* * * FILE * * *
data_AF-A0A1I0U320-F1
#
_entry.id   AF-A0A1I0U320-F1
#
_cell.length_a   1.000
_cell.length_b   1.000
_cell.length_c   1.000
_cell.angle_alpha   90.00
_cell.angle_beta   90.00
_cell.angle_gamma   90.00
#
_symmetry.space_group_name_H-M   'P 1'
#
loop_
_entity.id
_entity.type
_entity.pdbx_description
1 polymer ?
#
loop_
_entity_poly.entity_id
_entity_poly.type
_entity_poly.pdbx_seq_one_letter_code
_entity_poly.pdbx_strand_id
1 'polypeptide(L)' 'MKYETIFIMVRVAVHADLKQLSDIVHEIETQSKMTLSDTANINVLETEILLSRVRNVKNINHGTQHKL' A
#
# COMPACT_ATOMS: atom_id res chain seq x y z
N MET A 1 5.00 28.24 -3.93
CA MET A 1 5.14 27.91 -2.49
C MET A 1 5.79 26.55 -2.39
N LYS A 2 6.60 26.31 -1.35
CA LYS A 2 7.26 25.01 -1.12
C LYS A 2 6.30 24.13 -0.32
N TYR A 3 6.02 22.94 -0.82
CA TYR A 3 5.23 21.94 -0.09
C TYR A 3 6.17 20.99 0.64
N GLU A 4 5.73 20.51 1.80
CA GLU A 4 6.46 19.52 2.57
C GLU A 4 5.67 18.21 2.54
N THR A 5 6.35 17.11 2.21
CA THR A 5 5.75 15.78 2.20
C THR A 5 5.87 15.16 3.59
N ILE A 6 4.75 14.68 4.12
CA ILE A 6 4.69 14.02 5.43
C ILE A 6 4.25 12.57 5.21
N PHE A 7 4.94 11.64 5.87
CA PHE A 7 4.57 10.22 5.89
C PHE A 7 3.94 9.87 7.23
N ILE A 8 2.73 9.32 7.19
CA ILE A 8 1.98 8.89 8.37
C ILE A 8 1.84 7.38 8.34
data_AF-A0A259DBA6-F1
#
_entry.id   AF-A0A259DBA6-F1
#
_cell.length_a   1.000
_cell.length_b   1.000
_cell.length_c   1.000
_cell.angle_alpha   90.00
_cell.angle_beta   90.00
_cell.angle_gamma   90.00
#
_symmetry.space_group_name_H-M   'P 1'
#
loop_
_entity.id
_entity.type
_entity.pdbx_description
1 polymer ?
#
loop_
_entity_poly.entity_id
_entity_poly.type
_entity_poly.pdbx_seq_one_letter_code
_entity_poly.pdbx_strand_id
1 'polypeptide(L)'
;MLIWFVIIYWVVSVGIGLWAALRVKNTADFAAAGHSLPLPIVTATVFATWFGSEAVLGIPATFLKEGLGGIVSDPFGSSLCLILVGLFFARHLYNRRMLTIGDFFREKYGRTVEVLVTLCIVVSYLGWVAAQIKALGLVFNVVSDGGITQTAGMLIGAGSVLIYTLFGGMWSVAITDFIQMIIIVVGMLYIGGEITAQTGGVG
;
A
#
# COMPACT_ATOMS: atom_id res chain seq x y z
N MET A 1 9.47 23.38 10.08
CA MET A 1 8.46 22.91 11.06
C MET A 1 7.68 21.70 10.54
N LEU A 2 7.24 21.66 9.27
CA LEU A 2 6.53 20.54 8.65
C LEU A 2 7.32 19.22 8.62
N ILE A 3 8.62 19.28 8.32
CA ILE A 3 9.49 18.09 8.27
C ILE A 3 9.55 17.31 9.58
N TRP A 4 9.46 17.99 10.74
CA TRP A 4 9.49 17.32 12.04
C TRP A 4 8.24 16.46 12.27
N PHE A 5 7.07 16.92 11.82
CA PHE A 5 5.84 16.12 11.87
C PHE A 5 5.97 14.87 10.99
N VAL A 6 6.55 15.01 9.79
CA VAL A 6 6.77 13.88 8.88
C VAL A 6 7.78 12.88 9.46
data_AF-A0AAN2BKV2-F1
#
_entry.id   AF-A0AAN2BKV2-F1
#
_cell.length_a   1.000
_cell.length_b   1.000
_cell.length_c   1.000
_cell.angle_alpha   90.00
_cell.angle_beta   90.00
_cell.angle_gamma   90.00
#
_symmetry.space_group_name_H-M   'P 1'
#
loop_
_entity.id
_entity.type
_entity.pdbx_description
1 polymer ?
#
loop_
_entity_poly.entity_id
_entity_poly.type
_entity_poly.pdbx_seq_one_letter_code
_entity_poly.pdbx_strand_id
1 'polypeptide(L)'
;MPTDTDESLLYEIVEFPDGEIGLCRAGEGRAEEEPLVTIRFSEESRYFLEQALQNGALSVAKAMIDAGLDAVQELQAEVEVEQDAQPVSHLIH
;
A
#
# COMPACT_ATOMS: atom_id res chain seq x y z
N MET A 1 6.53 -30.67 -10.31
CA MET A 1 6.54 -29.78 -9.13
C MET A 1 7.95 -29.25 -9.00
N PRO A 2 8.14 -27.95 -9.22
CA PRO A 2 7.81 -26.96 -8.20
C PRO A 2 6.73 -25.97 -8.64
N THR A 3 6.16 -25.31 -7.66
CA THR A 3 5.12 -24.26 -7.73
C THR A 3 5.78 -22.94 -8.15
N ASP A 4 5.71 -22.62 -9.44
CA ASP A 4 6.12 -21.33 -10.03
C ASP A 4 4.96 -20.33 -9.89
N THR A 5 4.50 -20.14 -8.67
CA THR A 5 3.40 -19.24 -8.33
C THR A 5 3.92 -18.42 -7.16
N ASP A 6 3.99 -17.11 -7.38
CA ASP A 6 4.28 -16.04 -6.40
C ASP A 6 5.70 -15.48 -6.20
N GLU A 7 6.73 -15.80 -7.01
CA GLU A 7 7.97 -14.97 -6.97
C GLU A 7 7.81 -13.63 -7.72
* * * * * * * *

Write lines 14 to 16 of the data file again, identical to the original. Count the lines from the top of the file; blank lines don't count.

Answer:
loop_
_entity.id
_entity.type